When I was a child, I remember the conversations at family gatherings when the adults invariably turned to the topic of health. Theirs, or that of friends and family. So boring. Endless droning about digestion, diabetes, heart disease and of course, cancer. My mother was especially talented at grisly descriptions of carbuncles, appalling surgeries, amputations and unexpected deaths. I tried to tune it out. All of this stuff had nothing to do with me. But the truth is, my mother was sick a lot, beginning in my early childhood, and continuing throughout my life. Anxiety about potential illness became my internal companion as the litany of problems expanded. My dad too, developed his own physical issues. By my late teens, I was always afraid.
Personally I was healthy and robust. But my body felt like a land mine which could explode at any moment. I was afraid of sickness. Even a cold was a threat. I was sure I was destined to die young. I spent way too much time thinking about the fragility of life. So I worked on myself to stay grounded in reality. Facts were facts. I was a decent athlete. I loved swimming. I had muscles. I started thinking I might make it past thirty. My interior conversations focused on survival. Eventually I developed hostility to the slightest physical problem that I developed. I figured burning hatred would douse any audacious bug that tried to get me.
When I met Michael and we fell in love, I was delighted to learn that he came from a crowd that had good healthy genes. Everyone lived to ripe old ages. I felt lucky to be with someone who’d most probably outlive me. He was big and strong and I figured I’d check out way before he did. My abandonment issues that were part of the constant fear from my mom’s illnesses receded into the background. I felt relief because no matter what happened to my parents, I knew I’d always have him. As we got older together, moving into our 40’s and 50’s, those gold-orange prescription bottles appeared on our shelves. We stood in front of them and laughed about the beginning of our inexorable decline. But aside from a few issues that Michael had, like a herniated disk or a torn Achilles’ tendon, we were still feeling pretty confident about our long range future. We were the boomers, after all. Destined to outdo our families at everything, including longevity. I referred to myself as sturdy peasant stock. In a former life I was the person sent to the Volga River with a wooden yoke across my shoulders, carrying back water-filled buckets on a ten mile trek back to the village. My now-aching knees held up well back then, until menopause hit and stole away the magic of estrogen and smooth gliding joints. And Michael? He was referred to as The Beast. He was invincible. He could lift anything, build anything and play multiple sports. He was like a superhero. As a teenager, he lifeguarded for three years. He saved a Boy Scout who fell off a raft into rushing white water. He hauled me to safety when I got stuck in a powerful undertow in the Gulf of Mexico. He resuscitated a young girl with a heart condition and kept her alive until the paramedics arrived. He “loomed.” When three drunken college students bumped into me on a sidewalk and cursed at me, he made them stand in a line and apologize to me. When the neighbor kid took all his money and bought a beater car from a bad egg who was taking advantage of him, Michael went and returned the vehicle and got all the money back. An imposing man. I was safe and secure. All my jangly nerves, tuned over a lifetime, settled in his sphere. He was my omnipresent sedation. But there were some issues for both of us which stemmed from our youth.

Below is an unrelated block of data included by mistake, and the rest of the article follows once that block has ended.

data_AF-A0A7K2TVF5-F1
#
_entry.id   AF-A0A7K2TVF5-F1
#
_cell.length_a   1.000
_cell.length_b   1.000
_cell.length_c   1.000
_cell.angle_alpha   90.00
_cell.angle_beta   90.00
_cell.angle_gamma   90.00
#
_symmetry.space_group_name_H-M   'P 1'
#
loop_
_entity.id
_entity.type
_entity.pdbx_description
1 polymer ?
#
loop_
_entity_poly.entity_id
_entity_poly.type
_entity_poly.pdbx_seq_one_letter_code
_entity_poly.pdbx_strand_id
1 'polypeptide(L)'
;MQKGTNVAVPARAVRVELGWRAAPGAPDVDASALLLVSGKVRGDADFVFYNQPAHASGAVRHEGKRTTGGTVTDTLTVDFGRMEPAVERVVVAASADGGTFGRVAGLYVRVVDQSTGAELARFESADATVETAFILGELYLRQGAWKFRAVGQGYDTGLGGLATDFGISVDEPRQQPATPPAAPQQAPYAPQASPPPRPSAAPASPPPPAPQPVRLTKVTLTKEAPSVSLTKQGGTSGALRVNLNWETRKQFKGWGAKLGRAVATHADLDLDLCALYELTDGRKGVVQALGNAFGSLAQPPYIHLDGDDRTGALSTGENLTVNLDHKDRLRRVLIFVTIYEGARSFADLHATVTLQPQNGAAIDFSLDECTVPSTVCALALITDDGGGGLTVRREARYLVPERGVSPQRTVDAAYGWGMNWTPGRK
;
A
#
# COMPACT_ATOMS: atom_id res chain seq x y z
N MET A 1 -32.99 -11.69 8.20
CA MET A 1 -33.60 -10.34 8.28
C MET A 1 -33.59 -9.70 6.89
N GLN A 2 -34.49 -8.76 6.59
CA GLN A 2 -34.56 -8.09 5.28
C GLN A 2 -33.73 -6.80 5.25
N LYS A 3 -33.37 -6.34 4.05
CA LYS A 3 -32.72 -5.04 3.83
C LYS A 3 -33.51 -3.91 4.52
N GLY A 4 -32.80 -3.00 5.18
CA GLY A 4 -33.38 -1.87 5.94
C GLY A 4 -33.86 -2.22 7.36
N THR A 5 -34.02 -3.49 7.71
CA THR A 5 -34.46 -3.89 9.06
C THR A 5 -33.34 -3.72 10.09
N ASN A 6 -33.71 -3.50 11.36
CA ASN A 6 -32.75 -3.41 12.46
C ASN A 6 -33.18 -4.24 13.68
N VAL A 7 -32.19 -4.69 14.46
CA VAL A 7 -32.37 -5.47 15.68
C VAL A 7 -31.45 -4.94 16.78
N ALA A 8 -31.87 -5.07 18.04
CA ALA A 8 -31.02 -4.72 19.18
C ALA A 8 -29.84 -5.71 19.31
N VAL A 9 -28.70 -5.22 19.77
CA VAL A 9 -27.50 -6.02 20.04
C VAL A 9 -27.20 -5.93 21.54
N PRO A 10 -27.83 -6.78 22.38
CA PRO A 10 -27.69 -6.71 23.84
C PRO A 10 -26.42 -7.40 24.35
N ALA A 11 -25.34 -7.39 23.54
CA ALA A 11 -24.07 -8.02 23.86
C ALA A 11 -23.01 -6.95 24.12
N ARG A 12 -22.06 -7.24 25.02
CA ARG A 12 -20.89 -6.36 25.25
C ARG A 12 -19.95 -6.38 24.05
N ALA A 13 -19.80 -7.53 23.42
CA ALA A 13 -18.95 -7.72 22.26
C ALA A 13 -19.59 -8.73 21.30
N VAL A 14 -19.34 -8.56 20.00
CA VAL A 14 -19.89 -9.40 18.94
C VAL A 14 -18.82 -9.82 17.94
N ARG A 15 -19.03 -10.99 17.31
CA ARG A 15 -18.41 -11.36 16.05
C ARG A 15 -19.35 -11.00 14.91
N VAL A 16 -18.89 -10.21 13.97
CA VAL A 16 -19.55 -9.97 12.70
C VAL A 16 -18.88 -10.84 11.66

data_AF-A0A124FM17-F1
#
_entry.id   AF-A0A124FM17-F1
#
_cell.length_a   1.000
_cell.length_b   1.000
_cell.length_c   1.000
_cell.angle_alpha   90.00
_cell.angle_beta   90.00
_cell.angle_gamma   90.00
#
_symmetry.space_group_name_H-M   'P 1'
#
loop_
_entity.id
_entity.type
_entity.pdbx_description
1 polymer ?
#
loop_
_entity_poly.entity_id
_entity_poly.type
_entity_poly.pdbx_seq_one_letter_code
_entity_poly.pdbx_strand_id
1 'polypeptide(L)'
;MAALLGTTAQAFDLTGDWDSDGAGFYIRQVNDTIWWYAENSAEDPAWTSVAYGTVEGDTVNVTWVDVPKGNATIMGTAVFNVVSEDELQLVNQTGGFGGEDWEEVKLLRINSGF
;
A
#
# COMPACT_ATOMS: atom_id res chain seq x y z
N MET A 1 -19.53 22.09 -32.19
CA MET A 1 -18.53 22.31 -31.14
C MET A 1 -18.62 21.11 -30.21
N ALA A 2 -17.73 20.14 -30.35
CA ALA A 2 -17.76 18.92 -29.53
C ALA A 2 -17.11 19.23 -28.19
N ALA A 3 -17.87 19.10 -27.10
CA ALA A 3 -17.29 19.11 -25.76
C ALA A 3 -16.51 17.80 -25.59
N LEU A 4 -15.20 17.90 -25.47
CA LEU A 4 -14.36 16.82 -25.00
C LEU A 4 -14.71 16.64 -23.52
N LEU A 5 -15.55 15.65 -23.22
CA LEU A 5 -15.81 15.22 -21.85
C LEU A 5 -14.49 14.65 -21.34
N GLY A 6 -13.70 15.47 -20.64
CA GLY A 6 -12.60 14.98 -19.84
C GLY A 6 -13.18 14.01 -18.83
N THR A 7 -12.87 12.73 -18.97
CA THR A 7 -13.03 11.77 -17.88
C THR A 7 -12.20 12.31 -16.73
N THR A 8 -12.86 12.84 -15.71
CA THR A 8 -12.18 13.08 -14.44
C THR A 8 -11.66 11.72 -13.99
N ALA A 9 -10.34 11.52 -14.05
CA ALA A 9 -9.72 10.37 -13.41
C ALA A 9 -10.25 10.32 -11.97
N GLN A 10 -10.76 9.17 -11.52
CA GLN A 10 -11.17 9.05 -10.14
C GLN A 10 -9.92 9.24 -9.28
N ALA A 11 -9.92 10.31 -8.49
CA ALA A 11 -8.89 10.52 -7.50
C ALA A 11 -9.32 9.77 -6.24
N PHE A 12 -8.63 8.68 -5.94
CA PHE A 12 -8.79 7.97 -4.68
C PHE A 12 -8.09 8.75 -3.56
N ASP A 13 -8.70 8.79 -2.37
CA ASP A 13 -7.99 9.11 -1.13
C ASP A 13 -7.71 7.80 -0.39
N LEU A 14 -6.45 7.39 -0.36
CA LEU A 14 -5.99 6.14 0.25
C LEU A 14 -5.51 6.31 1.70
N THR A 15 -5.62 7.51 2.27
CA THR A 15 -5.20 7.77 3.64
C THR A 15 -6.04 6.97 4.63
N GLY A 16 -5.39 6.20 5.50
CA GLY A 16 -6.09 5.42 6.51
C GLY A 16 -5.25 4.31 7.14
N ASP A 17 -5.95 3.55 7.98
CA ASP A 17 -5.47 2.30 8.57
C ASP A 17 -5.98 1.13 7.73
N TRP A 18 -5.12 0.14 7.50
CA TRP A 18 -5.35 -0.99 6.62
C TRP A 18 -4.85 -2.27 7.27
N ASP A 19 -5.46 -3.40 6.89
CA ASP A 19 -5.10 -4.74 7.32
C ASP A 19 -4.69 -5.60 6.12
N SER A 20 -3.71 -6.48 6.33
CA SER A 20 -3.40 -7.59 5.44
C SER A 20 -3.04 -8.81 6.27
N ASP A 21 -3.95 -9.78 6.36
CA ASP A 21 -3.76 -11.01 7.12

We grew up during the years when being outside without sunscreen was the norm. We both suffered terrible burns. He was a fair skinned guy with reddish hair, the son of a blonde and the nephew of a carrot top. I was pink and white, but toasted myself regularly and had multiple blistering episodes. Being red or tan was supposed to be healthy. People looked better with a tan. We used baby oil and Bain Du Soleil to deepen our color. Coppertone and Sea and Ski were applied mostly for aroma. A history of skin cancer ran in both our families. Michael’s heritage was worse than mine as his parents had more leisure time spent sunning on vacations and living in Florida. His father was stationed in Hawaii during World War II and tanned constantly. They began developing basal and squamous cell carcinomas in their 50’s. When caught early, those cancers were rendered harmless by excision. Both his parents had regular dermatology appointments and were frequently treated with liquid nitrogen for pre-cancerous lesions and/or mini-surgeries. Eventually, the more dangerous melanoma showed up on his mother’s body twice, but the tumors were removed before they had a chance to metastasize from her skin’s surface. His parents were well into their 80’s when these cancers became a commonplace occurrence.